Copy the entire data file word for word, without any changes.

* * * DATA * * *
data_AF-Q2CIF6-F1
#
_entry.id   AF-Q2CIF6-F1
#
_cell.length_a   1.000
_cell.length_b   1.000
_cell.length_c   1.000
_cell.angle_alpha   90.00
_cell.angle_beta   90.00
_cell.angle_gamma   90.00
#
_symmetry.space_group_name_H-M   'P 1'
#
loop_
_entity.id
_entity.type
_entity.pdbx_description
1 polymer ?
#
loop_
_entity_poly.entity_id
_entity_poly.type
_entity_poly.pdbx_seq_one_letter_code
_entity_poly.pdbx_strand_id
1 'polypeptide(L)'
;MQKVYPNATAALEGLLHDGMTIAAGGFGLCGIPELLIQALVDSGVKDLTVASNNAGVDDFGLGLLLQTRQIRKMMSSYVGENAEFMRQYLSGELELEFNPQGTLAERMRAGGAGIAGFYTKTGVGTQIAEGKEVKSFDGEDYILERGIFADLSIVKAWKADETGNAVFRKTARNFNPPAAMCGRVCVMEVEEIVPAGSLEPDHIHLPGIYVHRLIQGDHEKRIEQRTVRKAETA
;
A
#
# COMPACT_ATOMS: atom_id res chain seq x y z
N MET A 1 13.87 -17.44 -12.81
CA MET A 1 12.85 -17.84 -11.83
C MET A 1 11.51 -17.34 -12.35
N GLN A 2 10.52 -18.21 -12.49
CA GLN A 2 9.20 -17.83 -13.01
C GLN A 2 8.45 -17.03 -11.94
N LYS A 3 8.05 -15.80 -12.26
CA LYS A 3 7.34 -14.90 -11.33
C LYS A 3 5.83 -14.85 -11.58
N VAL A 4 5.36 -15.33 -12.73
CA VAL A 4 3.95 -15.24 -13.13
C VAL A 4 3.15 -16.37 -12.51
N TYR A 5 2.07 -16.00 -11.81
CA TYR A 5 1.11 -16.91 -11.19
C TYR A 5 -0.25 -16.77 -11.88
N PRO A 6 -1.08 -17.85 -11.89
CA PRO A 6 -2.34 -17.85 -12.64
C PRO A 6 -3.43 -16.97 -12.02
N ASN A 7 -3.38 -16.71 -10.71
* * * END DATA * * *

data_AF-Q2CIF6-F1
#
_entry.id   AF-Q2CIF6-F1
#
_cell.length_a   1.000
_cell.length_b   1.000
_cell.length_c   1.000
_cell.angle_alpha   90.00
_cell.angle_beta   90.00
_cell.angle_gamma   90.00
#
_symmetry.space_group_name_H-M   'P 1'
#
loop_
_entity.id
_entity.type
_entity.pdbx_description
1 polymer ?
#
loop_
_entity_poly.entity_id
_entity_poly.type
_entity_poly.pdbx_seq_one_letter_code
_entity_poly.pdbx_strand_id
1 'polypeptide(L)'
;MQKVYPNATAALEGLLHDGMTIAAGGFGLCGIPELLIQALVDSGVKDLTVASNNAGVDDFGLGLLLQTRQIRKMMSSYVGENAEFMRQYLSGELELEFNPQGTLAERMRAGGAGIAGFYTKTGVGTQIAEGKEVKSFDGEDYILERGIFADLSIVKAWKADETGNAVFRKTARNFNPPAAMCGRVCVMEVEEIVPAGSLEPDHIHLPGIYVHRLIQGDHEKRIEQRTVRKAETA
;
A
#
# COMPACT_ATOMS: atom_id res chain seq x y z
N MET A 1 13.87 -17.44 -12.81
CA MET A 1 12.85 -17.84 -11.83
C MET A 1 11.51 -17.34 -12.35
N GLN A 2 10.52 -18.21 -12.49
CA GLN A 2 9.20 -17.83 -13.01
C GLN A 2 8.45 -17.03 -11.94
N LYS A 3 8.05 -15.80 -12.26
CA LYS A 3 7.34 -14.90 -11.33
C LYS A 3 5.83 -14.85 -11.58
N VAL A 4 5.36 -15.33 -12.73
CA VAL A 4 3.95 -15.24 -13.13
C VAL A 4 3.15 -16.37 -12.51
N TYR A 5 2.07 -16.00 -11.81
CA TYR A 5 1.11 -16.91 -11.19
C TYR A 5 -0.25 -16.77 -11.88
N PRO A 6 -1.08 -17.85 -11.89
CA PRO A 6 -2.34 -17.85 -12.64
C PRO A 6 -3.43 -16.97 -12.02
N ASN A 7 -3.38 -16.71 -10.71